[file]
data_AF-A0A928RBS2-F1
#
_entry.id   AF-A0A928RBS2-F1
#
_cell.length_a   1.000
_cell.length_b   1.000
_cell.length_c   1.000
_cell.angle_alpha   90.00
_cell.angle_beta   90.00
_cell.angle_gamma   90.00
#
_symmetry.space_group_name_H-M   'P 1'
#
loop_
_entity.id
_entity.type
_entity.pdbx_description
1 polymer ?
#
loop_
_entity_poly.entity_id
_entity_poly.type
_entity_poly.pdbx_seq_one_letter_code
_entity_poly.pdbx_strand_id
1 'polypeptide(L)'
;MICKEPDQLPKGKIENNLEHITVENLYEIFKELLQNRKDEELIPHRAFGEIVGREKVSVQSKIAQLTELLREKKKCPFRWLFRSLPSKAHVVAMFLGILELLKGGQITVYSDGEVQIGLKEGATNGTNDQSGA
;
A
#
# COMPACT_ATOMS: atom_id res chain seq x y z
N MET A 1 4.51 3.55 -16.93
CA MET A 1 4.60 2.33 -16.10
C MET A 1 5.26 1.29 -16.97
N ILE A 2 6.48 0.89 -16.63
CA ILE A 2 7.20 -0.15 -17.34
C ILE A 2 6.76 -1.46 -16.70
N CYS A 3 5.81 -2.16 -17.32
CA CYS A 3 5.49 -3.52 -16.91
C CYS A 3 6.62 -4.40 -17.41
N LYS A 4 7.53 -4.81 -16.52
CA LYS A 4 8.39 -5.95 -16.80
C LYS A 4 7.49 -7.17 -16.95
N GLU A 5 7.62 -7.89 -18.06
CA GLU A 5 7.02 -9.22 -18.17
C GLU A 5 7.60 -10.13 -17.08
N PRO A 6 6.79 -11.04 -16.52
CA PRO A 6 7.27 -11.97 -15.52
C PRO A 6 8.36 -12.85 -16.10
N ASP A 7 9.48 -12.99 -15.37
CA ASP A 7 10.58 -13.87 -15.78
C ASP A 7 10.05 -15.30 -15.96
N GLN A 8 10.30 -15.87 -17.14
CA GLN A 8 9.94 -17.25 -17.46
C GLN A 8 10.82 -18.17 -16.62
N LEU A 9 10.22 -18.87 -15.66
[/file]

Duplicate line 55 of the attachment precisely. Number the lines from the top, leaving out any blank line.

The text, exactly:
N LEU A 9 10.22 -18.87 -15.66